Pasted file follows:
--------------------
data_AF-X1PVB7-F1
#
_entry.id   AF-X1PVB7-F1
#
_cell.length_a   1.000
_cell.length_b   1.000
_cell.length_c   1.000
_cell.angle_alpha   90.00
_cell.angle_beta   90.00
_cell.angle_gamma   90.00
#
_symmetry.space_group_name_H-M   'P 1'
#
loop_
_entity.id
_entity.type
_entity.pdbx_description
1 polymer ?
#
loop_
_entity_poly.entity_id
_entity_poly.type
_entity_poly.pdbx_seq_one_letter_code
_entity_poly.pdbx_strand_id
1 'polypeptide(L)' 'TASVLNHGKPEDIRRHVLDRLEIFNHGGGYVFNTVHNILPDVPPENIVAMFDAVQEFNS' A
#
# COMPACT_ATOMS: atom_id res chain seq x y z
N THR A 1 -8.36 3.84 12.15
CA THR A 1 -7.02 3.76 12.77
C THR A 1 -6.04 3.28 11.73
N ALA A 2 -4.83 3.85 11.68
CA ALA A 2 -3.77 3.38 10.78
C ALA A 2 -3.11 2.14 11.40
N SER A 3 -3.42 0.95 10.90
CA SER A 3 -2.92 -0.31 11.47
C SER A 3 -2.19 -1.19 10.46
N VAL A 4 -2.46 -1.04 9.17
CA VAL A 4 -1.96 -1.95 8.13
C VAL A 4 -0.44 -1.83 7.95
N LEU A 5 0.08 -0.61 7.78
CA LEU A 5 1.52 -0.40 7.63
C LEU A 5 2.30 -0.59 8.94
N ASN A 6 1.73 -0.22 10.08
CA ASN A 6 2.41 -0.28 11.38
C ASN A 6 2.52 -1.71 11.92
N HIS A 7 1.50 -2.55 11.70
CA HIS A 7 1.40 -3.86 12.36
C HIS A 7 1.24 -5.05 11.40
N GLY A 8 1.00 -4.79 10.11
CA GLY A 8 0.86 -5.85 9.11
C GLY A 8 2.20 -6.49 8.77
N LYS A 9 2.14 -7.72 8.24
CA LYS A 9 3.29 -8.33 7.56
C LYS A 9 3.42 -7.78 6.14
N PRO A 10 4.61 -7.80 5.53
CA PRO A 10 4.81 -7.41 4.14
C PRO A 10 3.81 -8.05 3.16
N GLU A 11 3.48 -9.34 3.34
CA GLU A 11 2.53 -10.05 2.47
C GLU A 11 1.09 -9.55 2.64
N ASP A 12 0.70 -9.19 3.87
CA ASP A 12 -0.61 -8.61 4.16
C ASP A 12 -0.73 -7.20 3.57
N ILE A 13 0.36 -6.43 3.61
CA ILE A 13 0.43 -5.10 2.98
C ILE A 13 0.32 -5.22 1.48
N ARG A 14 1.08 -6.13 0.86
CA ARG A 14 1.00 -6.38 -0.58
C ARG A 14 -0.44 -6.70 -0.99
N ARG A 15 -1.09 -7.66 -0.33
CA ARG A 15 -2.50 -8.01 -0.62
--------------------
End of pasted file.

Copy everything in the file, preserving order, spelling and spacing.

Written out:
data_AF-X1PVB7-F1
#
_entry.id   AF-X1PVB7-F1
#
_cell.length_a   1.000
_cell.length_b   1.000
_cell.length_c   1.000
_cell.angle_alpha   90.00
_cell.angle_beta   90.00
_cell.angle_gamma   90.00
#
_symmetry.space_group_name_H-M   'P 1'
#
loop_
_entity.id
_entity.type
_entity.pdbx_description
1 polymer ?
#
loop_
_entity_poly.entity_id
_entity_poly.type
_entity_poly.pdbx_seq_one_letter_code
_entity_poly.pdbx_strand_id
1 'polypeptide(L)' 'TASVLNHGKPEDIRRHVLDRLEIFNHGGGYVFNTVHNILPDVPPENIVAMFDAVQEFNS' A
#
# COMPACT_ATOMS: atom_id res chain seq x y z
N THR A 1 -8.36 3.84 12.15
CA THR A 1 -7.02 3.76 12.77
C THR A 1 -6.04 3.28 11.73
N ALA A 2 -4.83 3.85 11.68
CA ALA A 2 -3.77 3.38 10.78
C ALA A 2 -3.11 2.14 11.40
N SER A 3 -3.42 0.95 10.90
CA SER A 3 -2.92 -0.31 11.47
C SER A 3 -2.19 -1.19 10.46
N VAL A 4 -2.46 -1.04 9.17
CA VAL A 4 -1.96 -1.95 8.13
C VAL A 4 -0.44 -1.83 7.95
N LEU A 5 0.08 -0.61 7.78
CA LEU A 5 1.52 -0.40 7.63
C LEU A 5 2.30 -0.59 8.94
N ASN A 6 1.73 -0.22 10.08
CA ASN A 6 2.41 -0.28 11.38
C ASN A 6 2.52 -1.71 11.92
N HIS A 7 1.50 -2.55 11.70
CA HIS A 7 1.40 -3.86 12.36
C HIS A 7 1.24 -5.05 11.40
N GLY A 8 1.00 -4.79 10.11
CA GLY A 8 0.86 -5.85 9.11
C GLY A 8 2.20 -6.49 8.77
N LYS A 9 2.14 -7.72 8.24
CA LYS A 9 3.29 -8.33 7.56
C LYS A 9 3.42 -7.78 6.14
N PRO A 10 4.61 -7.80 5.53
CA PRO A 10 4.81 -7.41 4.14
C PRO A 10 3.81 -8.05 3.16
N GLU A 11 3.48 -9.34 3.34
CA GLU A 11 2.53 -10.05 2.47
C GLU A 11 1.09 -9.55 2.64
N ASP A 12 0.70 -9.19 3.87
CA ASP A 12 -0.61 -8.61 4.16
C ASP A 12 -0.73 -7.20 3.57
N ILE A 13 0.36 -6.43 3.61
CA ILE A 13 0.43 -5.10 2.98
C ILE A 13 0.32 -5.22 1.48
N ARG A 14 1.08 -6.13 0.86
CA ARG A 14 1.00 -6.38 -0.58
C ARG A 14 -0.44 -6.70 -0.99
N ARG A 15 -1.09 -7.66 -0.33
CA ARG A 15 -2.50 -8.01 -0.62